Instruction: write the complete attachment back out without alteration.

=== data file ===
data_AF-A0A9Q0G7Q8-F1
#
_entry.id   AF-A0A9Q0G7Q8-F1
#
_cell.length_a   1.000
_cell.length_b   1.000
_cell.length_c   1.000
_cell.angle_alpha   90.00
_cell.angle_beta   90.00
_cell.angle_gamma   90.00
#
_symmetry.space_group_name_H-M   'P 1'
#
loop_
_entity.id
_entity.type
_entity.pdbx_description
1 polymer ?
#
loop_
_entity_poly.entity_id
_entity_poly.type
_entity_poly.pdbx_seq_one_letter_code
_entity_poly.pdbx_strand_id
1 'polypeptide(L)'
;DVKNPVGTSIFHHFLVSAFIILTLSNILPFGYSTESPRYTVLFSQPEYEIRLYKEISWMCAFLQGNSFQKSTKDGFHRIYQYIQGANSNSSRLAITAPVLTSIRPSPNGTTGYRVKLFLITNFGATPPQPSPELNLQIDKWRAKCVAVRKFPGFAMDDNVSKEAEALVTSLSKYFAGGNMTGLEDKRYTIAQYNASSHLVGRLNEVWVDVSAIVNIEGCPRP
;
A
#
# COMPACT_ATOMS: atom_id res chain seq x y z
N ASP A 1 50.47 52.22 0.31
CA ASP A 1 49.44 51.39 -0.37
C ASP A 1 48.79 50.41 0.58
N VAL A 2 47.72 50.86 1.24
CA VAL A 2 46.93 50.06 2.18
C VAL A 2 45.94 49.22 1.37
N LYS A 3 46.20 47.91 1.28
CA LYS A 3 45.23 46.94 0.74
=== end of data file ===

data_AF-A0A9Q0G7Q8-F1
#
_entry.id   AF-A0A9Q0G7Q8-F1
#
_cell.length_a   1.000
_cell.length_b   1.000
_cell.length_c   1.000
_cell.angle_alpha   90.00
_cell.angle_beta   90.00
_cell.angle_gamma   90.00
#
_symmetry.space_group_name_H-M   'P 1'
#
loop_
_entity.id
_entity.type
_entity.pdbx_description
1 polymer ?
#
loop_
_entity_poly.entity_id
_entity_poly.type
_entity_poly.pdbx_seq_one_letter_code
_entity_poly.pdbx_strand_id
1 'polypeptide(L)'
;DVKNPVGTSIFHHFLVSAFIILTLSNILPFGYSTESPRYTVLFSQPEYEIRLYKEISWMCAFLQGNSFQKSTKDGFHRIYQYIQGANSNSSRLAITAPVLTSIRPSPNGTTGYRVKLFLITNFGATPPQPSPELNLQIDKWRAKCVAVRKFPGFAMDDNVSKEAEALVTSLSKYFAGGNMTGLEDKRYTIAQYNASSHLVGRLNEVWVDVSAIVNIEGCPRP
;
A
#
# COMPACT_ATOMS: atom_id res chain seq x y z
N ASP A 1 50.47 52.22 0.31
CA ASP A 1 49.44 51.39 -0.37
C ASP A 1 48.79 50.41 0.58
N VAL A 2 47.72 50.86 1.24
CA VAL A 2 46.93 50.06 2.18
C VAL A 2 45.94 49.22 1.37
N LYS A 3 46.20 47.91 1.28
CA LYS A 3 45.23 46.94 0.74